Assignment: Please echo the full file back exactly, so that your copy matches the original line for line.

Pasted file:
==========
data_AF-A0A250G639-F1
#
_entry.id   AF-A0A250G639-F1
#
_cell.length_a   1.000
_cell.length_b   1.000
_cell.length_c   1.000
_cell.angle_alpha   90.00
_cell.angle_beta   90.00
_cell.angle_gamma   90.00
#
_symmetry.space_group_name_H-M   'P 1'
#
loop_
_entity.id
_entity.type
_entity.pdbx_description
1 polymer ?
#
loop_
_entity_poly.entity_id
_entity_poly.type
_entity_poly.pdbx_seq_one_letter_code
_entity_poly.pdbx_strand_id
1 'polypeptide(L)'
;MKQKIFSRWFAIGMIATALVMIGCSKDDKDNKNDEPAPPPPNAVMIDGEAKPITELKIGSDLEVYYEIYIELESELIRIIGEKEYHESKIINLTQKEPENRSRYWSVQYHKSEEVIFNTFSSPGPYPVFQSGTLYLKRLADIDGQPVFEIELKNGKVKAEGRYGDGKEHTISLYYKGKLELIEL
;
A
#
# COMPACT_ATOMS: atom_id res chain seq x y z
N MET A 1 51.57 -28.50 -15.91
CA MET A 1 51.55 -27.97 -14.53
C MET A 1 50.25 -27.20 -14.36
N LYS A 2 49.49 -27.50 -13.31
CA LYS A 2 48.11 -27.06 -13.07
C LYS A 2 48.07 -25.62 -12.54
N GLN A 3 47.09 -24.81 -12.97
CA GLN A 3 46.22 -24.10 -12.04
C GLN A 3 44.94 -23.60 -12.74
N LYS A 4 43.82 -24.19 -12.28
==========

data_AF-A0A250G639-F1
#
_entry.id   AF-A0A250G639-F1
#
_cell.length_a   1.000
_cell.length_b   1.000
_cell.length_c   1.000
_cell.angle_alpha   90.00
_cell.angle_beta   90.00
_cell.angle_gamma   90.00
#
_symmetry.space_group_name_H-M   'P 1'
#
loop_
_entity.id
_entity.type
_entity.pdbx_description
1 polymer ?
#
loop_
_entity_poly.entity_id
_entity_poly.type
_entity_poly.pdbx_seq_one_letter_code
_entity_poly.pdbx_strand_id
1 'polypeptide(L)'
;MKQKIFSRWFAIGMIATALVMIGCSKDDKDNKNDEPAPPPPNAVMIDGEAKPITELKIGSDLEVYYEIYIELESELIRIIGEKEYHESKIINLTQKEPENRSRYWSVQYHKSEEVIFNTFSSPGPYPVFQSGTLYLKRLADIDGQPVFEIELKNGKVKAEGRYGDGKEHTISLYYKGKLELIEL
;
A
#
# COMPACT_ATOMS: atom_id res chain seq x y z
N MET A 1 51.57 -28.50 -15.91
CA MET A 1 51.55 -27.97 -14.53
C MET A 1 50.25 -27.20 -14.36
N LYS A 2 49.49 -27.50 -13.31
CA LYS A 2 48.11 -27.06 -13.07
C LYS A 2 48.07 -25.62 -12.54
N GLN A 3 47.09 -24.81 -12.97
CA GLN A 3 46.22 -24.10 -12.04
C GLN A 3 44.94 -23.60 -12.74
N LYS A 4 43.82 -24.19 -12.28